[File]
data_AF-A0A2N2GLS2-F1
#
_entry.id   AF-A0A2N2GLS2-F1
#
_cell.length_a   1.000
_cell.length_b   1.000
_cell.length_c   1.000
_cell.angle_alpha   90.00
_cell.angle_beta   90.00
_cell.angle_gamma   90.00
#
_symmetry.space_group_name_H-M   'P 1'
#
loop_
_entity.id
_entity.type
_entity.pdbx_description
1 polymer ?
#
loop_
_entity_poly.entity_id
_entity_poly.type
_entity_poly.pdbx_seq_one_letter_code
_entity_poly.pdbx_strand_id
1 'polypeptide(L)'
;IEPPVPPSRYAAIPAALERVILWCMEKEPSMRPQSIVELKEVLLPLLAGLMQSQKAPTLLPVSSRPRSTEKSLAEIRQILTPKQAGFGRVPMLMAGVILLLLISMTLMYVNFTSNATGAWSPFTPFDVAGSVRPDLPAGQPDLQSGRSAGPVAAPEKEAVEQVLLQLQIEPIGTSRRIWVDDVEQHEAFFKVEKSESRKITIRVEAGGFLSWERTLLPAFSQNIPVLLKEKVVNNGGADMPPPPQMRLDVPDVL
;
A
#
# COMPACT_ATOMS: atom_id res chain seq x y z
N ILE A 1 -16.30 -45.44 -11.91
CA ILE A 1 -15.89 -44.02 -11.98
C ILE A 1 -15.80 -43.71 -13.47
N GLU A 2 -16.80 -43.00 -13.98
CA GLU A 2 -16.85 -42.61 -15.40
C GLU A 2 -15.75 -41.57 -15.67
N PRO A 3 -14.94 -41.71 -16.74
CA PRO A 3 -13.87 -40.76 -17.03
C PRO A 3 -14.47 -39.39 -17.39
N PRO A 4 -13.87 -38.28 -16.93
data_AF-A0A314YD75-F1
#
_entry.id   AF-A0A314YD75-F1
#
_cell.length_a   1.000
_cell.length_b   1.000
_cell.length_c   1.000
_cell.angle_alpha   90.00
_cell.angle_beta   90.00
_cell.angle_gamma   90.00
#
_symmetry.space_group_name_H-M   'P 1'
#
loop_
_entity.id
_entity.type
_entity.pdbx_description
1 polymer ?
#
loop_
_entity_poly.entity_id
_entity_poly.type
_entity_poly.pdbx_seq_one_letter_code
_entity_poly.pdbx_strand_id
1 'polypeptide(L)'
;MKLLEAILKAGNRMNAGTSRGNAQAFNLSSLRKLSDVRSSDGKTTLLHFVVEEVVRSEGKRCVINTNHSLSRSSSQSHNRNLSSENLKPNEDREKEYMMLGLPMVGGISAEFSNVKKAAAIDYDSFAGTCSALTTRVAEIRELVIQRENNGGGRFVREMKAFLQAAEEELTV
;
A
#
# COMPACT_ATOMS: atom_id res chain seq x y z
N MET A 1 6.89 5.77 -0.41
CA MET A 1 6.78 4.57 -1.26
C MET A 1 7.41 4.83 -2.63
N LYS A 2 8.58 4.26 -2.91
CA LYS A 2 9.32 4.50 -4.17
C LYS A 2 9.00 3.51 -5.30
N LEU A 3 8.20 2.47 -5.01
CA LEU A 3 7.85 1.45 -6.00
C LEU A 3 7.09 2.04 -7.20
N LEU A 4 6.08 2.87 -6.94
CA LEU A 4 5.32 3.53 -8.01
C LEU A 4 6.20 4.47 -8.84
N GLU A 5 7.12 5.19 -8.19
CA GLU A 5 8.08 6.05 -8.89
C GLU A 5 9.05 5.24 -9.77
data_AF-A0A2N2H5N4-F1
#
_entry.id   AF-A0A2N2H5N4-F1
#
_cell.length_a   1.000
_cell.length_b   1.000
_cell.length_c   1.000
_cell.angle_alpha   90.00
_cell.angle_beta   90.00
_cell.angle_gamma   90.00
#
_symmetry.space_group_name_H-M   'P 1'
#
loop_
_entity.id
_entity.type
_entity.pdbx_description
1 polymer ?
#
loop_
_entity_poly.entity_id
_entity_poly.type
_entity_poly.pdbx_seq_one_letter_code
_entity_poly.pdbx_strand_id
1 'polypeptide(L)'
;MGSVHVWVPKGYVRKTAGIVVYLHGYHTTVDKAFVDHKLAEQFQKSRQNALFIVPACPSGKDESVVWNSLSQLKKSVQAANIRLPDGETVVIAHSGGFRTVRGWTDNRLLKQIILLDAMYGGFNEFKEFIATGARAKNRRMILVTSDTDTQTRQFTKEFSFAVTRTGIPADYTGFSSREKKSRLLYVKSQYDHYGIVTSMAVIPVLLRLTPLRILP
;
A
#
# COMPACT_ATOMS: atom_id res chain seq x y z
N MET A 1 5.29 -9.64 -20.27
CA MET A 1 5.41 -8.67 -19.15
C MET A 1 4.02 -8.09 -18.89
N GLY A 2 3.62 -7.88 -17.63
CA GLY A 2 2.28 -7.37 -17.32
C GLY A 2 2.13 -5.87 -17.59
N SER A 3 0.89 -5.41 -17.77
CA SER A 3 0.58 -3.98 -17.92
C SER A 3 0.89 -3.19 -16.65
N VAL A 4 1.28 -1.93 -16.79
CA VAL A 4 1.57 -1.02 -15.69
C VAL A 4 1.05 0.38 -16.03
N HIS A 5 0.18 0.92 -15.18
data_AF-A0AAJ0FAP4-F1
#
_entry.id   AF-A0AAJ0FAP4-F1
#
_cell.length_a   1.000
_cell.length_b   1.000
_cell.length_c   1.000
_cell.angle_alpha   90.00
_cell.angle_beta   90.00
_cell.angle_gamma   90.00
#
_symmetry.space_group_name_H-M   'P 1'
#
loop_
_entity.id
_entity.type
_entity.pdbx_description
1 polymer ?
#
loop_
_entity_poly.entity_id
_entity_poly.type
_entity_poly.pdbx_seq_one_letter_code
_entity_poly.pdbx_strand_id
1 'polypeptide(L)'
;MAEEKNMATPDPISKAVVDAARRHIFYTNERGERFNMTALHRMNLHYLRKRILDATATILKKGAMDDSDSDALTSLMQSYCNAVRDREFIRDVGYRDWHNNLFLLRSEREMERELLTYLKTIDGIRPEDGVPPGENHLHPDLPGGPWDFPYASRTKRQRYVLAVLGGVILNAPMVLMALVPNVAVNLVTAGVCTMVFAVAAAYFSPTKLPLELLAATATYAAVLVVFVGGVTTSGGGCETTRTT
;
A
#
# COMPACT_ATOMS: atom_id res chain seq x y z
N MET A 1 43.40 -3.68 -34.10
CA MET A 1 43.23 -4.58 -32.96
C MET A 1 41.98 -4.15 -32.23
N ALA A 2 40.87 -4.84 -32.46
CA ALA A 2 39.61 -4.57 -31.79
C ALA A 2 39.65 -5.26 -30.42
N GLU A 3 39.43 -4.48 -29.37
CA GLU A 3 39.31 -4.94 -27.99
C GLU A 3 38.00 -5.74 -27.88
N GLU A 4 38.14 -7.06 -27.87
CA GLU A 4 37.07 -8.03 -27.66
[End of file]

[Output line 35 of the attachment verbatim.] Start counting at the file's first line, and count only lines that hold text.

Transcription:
CA GLU A 2 -16.85 -42.61 -15.40